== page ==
Considering a Heat Pump? Here are the Pros and ConsPublished on: October 25, 2013
Choosing an energy-efficient heating and cooling system for new-home design or system replacement deserves thoughtful consideration. If you’re considering a heat pump as the system of choice for your home, it’s wise to weigh the pros and cons of a heat-pump installation, and explore advanced features and ancillary components which make heat pumps so popular throughout the Southeast region.
How Does a Heat Pump Pump Heat?
Contrary to its name, a heat pump doesn’t actually pump heat. It pumps the refrigerant which extracts, moves and releases heat from one location to another. This may seem like an insignificant point, but it is actually an important point to energy efficiency which separates heat pumps from heating systems that burn fuel to make heat. By using refrigeration principles of moving heat from a warmer place to a cooler place, heat-pump systems generate up to 400 percent more heat-energy than energy consumed.
In the warmer climate of the Southeastern U.S., heat-pump installations have a proven track record for delivering energy-efficient heating and cooling in one system. A heat pump is essentially an air conditioning system that is fitted with a few more components which allow it to provide home heating in addition to home cooling. This is the basic operation of the popular split-system air-source heat pump:
- The compressor squeezes refrigerant to prepare it for heat transfer.
- The hot gaseous refrigerant is pumped to the reversing valve, and directed to one of two heat-exchange coils.
- Depending on the cycle, the refrigerant either releases heat or extracts heat from the heat-transfer medium with the aid of one of two air handlers (one inside the home and one outside the home).
- The airflow across the coil is either cooled or warmed by the extraction or release of heat by the refrigerant.
- The cooled or warmed air is delivered to the living spaces through the air ducts.
Pros and Cons of the Heat Pump
Heat-pump efficiency for moving heat from one location to another is affected by the weather. Homes in colder regions of the U.S. with older heat-pump systems require a backup heating source, such as electric-resistance heating (installed standard with conventional heat pumps), a furnace or a boiler. This is because the extraction, movement and release of heat-energy — refrigeration principles — of heat pumps are affected by the outside temperature.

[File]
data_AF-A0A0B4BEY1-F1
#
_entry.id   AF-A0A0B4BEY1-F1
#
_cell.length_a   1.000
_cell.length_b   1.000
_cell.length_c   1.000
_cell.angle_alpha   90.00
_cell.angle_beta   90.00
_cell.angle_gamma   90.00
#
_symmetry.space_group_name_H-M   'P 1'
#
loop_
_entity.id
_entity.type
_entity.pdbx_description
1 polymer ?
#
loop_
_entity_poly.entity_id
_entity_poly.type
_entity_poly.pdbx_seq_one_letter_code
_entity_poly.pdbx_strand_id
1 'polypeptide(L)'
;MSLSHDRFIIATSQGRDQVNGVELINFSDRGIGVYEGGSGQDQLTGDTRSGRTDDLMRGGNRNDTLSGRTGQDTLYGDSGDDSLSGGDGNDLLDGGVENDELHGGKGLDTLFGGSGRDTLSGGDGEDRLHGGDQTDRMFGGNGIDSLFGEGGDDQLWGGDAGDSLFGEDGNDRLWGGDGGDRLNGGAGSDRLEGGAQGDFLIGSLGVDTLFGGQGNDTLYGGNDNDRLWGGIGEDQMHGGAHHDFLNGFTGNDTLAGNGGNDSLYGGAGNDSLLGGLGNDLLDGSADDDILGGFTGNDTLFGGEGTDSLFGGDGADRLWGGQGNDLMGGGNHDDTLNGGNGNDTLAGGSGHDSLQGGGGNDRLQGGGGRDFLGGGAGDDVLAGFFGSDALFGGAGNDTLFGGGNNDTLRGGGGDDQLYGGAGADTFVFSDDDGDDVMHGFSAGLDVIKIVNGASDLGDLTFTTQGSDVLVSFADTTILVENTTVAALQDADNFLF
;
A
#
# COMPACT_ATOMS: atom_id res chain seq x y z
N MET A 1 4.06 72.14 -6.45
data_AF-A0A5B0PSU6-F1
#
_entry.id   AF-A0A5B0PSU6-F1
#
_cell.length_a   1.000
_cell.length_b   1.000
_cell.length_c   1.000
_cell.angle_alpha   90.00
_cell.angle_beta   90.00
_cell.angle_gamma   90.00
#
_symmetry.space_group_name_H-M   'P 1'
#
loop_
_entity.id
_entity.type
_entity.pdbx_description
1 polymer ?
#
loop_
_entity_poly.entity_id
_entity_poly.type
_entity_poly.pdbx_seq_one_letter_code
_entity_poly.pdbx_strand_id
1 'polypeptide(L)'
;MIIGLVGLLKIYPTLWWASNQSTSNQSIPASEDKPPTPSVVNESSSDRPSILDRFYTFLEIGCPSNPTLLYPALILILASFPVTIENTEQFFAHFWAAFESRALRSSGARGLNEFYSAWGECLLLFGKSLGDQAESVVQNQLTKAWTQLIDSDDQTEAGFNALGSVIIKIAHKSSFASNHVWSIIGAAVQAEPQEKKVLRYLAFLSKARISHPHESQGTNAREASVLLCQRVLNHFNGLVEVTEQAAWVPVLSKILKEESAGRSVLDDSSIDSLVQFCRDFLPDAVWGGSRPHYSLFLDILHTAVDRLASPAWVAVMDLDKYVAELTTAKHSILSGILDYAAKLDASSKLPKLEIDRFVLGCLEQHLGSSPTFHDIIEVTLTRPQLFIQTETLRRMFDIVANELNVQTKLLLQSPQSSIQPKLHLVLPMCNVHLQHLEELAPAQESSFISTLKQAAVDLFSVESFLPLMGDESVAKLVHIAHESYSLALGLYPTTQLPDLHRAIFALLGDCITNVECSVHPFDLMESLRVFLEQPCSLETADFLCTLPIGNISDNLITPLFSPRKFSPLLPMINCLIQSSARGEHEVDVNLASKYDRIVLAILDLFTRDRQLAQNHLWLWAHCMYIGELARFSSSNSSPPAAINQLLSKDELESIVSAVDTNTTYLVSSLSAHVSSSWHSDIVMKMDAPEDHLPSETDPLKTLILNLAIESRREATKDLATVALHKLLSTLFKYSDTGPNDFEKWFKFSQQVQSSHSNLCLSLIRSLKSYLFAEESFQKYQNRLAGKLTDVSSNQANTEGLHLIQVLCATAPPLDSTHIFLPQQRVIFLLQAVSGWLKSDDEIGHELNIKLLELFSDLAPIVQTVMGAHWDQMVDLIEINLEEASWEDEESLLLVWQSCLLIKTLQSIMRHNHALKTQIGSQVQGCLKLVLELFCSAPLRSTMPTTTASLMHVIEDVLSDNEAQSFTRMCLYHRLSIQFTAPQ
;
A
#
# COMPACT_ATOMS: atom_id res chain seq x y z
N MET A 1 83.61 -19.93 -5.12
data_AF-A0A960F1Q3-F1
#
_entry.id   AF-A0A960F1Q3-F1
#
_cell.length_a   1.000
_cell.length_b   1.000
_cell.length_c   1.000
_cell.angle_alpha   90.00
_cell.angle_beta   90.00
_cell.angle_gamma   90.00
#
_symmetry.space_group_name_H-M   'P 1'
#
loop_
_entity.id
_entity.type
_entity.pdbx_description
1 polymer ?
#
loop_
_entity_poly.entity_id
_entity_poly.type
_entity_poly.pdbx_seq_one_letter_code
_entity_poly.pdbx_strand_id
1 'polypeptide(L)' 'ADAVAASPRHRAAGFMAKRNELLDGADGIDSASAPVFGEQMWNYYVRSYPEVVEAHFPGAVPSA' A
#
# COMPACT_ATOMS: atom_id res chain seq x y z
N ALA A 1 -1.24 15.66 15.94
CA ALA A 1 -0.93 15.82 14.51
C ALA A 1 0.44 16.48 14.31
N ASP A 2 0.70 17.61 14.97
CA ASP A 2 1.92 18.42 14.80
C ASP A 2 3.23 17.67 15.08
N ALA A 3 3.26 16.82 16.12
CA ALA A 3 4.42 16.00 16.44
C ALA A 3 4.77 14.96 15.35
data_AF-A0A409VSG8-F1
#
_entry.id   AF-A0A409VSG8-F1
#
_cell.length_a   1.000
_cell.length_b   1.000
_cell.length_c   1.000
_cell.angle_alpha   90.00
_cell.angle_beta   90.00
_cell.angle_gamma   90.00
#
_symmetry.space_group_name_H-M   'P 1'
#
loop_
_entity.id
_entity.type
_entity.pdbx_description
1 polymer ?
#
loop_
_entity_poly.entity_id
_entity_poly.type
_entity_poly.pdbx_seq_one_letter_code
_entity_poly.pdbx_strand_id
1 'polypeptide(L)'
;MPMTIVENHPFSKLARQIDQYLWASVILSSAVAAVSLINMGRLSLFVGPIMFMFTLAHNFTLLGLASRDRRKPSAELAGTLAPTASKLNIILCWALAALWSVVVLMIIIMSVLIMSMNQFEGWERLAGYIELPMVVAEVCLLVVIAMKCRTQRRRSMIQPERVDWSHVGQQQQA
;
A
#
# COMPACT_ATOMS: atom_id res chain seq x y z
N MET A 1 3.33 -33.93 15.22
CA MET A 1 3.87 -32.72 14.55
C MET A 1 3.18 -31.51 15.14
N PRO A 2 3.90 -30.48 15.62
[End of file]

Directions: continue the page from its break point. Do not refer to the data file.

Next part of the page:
Older heat-pump systems have a difficult time maintaining efficiency when the temperature of the heat-exchange medium (outside air) falls below the freezing point. For homeowners in the Southeast U.S., this is not a significant issue, and heat pumps offer many more positive attributes than negative ones.
In fact, advances in technology to promote more efficient heat exchange are delivered in every major component of new heat pumps, providing ample heating when outside temperatures fall well below the freezing point. These are more pros of choosing a heat-pump system:
- Heat pumps offer efficient cooling and heating in one system, which means less maintenance and upkeep compared to separate systems for heating and cooling.
- Variable-speed compressors and variable-speed air handlers offer precise cooling and heating output to the home’s load.
- Compressors are much quieter and more durable for a longer life span and fewer maintenance issues.
- High-efficiency refrigerant (R410A) is ozone-safe, and delivers much greater super-heating and super-cooling capacity than the outmoded R22 (Freon).
- Heat pumps may be installed to heat pools and spas.
- A desuperheater (add-on heat-exchange coil) provides efficient water heating for storage water-heating systems at much less energy costs than electric water heating by using excess super-heated gases from the heat pump.
- Use the sun’s energy to go green by installing your heat pump as part of a solar-electric system.
- Heat pumps may be combined with a furnace for a powerful and efficient dual fuel heating system, alternating between energy sources to maximize efficiency. And, you may still enjoy the cooling efficiency of the heat pump during the cooling months.
- Geothermal heat pumps last for decades, providing a stable and free energy source for heat exchange.
- In addition to the affects of very cold weather on heat-pump efficiency, installation is a common factor for under-performing heat pumps. Make sure you hire a reputable HVAC contractor to accurately size and install your new heat pump.
- The outside cabinet of air-source heat pumps requires occasional attention to make sure nothing blocks free airflow, such as debris, leaves, snow and ice (whereas a furnace and boiler are completely protected inside the home).
For more pros and cons of installing a heat pump, contact AC Southeast® to locate a contractor near your Southeast U.S. home.